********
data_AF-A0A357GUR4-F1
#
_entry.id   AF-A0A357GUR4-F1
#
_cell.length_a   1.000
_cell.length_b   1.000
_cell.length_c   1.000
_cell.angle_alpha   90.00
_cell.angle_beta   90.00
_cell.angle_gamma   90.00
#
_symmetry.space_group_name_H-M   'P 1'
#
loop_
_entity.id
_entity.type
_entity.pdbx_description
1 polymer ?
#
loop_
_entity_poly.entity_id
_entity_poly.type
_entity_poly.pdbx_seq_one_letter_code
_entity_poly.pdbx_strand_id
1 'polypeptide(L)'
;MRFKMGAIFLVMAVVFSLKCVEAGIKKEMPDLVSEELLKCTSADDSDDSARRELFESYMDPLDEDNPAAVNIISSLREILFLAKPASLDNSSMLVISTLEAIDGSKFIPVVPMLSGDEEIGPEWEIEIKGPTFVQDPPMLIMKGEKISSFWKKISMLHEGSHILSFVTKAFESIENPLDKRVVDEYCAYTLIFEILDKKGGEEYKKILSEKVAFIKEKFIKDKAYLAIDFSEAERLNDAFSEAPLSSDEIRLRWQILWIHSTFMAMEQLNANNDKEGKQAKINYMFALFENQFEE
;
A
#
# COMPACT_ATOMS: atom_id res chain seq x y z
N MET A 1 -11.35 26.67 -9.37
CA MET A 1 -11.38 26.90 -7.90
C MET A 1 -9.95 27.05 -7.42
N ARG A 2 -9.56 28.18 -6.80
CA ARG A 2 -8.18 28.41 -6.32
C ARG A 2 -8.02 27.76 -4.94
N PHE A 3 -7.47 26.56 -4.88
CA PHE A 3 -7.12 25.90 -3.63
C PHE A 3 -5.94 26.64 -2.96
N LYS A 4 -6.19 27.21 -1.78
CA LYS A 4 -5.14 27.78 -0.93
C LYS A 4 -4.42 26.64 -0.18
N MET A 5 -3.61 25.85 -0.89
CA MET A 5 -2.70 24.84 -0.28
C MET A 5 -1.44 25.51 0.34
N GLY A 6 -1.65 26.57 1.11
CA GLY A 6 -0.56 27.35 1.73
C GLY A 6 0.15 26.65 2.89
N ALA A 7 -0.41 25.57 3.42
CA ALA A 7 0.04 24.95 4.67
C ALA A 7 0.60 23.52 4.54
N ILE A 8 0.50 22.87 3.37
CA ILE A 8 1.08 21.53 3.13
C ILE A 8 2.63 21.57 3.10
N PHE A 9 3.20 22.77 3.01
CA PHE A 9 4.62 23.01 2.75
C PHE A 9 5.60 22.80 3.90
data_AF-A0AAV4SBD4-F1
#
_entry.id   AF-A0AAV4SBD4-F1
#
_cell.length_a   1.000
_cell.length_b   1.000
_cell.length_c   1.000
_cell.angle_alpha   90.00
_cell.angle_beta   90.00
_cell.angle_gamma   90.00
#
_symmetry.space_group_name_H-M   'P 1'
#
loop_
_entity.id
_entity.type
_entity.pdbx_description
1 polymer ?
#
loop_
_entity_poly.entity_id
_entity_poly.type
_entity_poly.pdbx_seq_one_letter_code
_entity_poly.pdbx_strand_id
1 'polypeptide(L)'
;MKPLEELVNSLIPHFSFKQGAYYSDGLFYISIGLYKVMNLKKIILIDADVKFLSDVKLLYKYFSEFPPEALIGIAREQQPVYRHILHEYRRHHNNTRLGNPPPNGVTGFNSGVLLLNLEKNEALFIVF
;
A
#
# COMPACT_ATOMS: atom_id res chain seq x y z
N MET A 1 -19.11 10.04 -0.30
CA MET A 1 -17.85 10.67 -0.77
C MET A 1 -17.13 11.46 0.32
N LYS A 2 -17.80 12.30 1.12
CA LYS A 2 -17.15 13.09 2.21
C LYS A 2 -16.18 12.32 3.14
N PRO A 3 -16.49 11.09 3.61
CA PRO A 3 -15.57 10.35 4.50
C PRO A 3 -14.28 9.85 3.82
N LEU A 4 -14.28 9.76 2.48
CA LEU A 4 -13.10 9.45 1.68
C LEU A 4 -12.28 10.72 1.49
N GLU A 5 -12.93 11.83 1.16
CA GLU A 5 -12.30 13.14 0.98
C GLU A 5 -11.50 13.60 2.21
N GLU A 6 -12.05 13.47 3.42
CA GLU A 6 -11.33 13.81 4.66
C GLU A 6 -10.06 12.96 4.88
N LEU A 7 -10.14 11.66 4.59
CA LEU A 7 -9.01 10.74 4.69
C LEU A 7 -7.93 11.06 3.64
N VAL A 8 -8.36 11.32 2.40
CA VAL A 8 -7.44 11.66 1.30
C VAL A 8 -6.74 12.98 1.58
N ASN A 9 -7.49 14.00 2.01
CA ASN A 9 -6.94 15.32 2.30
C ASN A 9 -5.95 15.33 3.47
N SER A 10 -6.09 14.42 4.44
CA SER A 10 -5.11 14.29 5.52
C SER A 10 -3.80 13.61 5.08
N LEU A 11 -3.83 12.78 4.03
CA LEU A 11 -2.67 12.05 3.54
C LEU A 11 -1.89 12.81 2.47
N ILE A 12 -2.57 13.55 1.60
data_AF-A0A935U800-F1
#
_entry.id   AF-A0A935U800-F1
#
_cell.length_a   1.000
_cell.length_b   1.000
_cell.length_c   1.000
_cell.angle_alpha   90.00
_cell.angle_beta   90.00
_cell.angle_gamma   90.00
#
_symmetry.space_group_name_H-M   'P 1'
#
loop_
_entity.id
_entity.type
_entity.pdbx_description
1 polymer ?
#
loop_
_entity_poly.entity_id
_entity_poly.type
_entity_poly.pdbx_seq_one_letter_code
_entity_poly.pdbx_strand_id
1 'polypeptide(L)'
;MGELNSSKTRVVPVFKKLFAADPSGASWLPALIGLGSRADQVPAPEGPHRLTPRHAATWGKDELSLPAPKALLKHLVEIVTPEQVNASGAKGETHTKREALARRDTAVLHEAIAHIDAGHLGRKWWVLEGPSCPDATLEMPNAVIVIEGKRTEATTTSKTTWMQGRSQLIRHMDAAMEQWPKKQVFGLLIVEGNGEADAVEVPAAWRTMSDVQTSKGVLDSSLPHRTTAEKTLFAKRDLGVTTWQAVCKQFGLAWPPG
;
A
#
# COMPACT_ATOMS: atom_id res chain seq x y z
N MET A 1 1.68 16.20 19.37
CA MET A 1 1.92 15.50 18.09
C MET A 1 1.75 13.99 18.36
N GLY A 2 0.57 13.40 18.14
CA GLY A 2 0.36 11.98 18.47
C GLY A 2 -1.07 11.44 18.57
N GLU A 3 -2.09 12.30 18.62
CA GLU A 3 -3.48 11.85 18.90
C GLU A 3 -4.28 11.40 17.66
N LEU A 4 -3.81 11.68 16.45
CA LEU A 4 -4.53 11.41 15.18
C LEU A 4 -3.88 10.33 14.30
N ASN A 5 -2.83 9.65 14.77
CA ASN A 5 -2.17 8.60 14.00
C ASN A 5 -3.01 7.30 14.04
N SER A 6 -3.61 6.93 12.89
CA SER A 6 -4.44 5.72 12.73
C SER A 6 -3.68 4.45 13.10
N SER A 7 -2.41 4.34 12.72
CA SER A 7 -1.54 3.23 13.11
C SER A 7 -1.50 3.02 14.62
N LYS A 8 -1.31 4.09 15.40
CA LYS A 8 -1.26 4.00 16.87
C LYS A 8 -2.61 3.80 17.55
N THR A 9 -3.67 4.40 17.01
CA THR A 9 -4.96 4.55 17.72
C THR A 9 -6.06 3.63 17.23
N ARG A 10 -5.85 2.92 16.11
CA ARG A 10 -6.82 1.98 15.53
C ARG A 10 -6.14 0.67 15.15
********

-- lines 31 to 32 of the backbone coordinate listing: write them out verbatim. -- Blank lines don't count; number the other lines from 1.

N MET A 1 -11.35 26.67 -9.37
CA MET A 1 -11.38 26.90 -7.90